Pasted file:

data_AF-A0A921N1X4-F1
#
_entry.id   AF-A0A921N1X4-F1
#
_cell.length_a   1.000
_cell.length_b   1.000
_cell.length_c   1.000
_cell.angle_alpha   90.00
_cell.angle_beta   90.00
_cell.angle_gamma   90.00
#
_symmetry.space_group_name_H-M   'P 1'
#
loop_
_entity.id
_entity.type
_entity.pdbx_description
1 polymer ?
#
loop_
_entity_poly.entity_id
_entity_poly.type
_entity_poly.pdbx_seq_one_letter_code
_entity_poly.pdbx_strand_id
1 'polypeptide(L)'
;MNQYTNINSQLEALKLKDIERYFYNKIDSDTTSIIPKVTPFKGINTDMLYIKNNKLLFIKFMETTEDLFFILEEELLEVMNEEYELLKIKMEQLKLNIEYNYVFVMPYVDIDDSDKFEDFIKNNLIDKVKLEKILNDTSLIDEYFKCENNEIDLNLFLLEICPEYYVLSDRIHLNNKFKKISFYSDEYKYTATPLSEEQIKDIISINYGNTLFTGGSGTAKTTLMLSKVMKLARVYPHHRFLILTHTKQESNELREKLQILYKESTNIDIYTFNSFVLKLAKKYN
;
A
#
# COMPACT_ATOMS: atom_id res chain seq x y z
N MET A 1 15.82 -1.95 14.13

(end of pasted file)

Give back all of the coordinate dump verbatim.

data_AF-A0A921N1X4-F1
#
_entry.id   AF-A0A921N1X4-F1
#
_cell.length_a   1.000
_cell.length_b   1.000
_cell.length_c   1.000
_cell.angle_alpha   90.00
_cell.angle_beta   90.00
_cell.angle_gamma   90.00
#
_symmetry.space_group_name_H-M   'P 1'
#
loop_
_entity.id
_entity.type
_entity.pdbx_description
1 polymer ?
#
loop_
_entity_poly.entity_id
_entity_poly.type
_entity_poly.pdbx_seq_one_letter_code
_entity_poly.pdbx_strand_id
1 'polypeptide(L)'
;MNQYTNINSQLEALKLKDIERYFYNKIDSDTTSIIPKVTPFKGINTDMLYIKNNKLLFIKFMETTEDLFFILEEELLEVMNEEYELLKIKMEQLKLNIEYNYVFVMPYVDIDDSDKFEDFIKNNLIDKVKLEKILNDTSLIDEYFKCENNEIDLNLFLLEICPEYYVLSDRIHLNNKFKKISFYSDEYKYTATPLSEEQIKDIISINYGNTLFTGGSGTAKTTLMLSKVMKLARVYPHHRFLILTHTKQESNELREKLQILYKESTNIDIYTFNSFVLKLAKKYN
;
A
#
# COMPACT_ATOMS: atom_id res chain seq x y z
N MET A 1 15.82 -1.95 14.13